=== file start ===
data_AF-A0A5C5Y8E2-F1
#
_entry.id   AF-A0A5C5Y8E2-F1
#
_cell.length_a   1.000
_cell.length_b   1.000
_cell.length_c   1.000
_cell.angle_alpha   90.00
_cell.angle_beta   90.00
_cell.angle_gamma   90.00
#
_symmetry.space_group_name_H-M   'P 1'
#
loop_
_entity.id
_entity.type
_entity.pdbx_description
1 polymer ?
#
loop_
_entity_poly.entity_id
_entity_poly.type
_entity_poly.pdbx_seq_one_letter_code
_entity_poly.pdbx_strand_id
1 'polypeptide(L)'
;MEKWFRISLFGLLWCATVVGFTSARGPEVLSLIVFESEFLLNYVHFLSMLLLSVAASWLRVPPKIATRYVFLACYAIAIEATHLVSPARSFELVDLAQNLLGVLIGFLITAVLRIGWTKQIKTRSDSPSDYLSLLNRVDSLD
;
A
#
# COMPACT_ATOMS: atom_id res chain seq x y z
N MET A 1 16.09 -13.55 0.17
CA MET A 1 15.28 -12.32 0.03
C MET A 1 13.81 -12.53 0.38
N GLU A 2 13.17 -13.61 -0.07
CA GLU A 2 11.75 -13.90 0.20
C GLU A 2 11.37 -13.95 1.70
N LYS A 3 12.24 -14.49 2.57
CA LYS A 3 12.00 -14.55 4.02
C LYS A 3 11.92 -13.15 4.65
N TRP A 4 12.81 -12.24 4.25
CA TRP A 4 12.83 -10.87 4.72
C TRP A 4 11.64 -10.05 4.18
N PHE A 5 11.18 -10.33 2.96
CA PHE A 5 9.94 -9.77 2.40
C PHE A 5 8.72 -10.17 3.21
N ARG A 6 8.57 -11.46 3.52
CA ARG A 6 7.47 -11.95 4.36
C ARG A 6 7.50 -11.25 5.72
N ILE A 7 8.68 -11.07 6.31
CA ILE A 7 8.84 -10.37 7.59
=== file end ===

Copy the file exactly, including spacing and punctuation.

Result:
data_AF-A0A5C5Y8E2-F1
#
_entry.id   AF-A0A5C5Y8E2-F1
#
_cell.length_a   1.000
_cell.length_b   1.000
_cell.length_c   1.000
_cell.angle_alpha   90.00
_cell.angle_beta   90.00
_cell.angle_gamma   90.00
#
_symmetry.space_group_name_H-M   'P 1'
#
loop_
_entity.id
_entity.type
_entity.pdbx_description
1 polymer ?
#
loop_
_entity_poly.entity_id
_entity_poly.type
_entity_poly.pdbx_seq_one_letter_code
_entity_poly.pdbx_strand_id
1 'polypeptide(L)'
;MEKWFRISLFGLLWCATVVGFTSARGPEVLSLIVFESEFLLNYVHFLSMLLLSVAASWLRVPPKIATRYVFLACYAIAIEATHLVSPARSFELVDLAQNLLGVLIGFLITAVLRIGWTKQIKTRSDSPSDYLSLLNRVDSLD
;
A
#
# COMPACT_ATOMS: atom_id res chain seq x y z
N MET A 1 16.09 -13.55 0.17
CA MET A 1 15.28 -12.32 0.03
C MET A 1 13.81 -12.53 0.38
N GLU A 2 13.17 -13.61 -0.07
CA GLU A 2 11.75 -13.90 0.20
C GLU A 2 11.37 -13.95 1.70
N LYS A 3 12.24 -14.49 2.57
CA LYS A 3 12.00 -14.55 4.02
C LYS A 3 11.92 -13.15 4.65
N TRP A 4 12.81 -12.24 4.25
CA TRP A 4 12.83 -10.87 4.72
C TRP A 4 11.64 -10.05 4.18
N PHE A 5 11.18 -10.33 2.96
CA PHE A 5 9.94 -9.77 2.40
C PHE A 5 8.72 -10.17 3.21
N ARG A 6 8.57 -11.46 3.52
CA ARG A 6 7.47 -11.95 4.36
C ARG A 6 7.50 -11.25 5.72
N ILE A 7 8.68 -11.07 6.31
CA ILE A 7 8.84 -10.37 7.59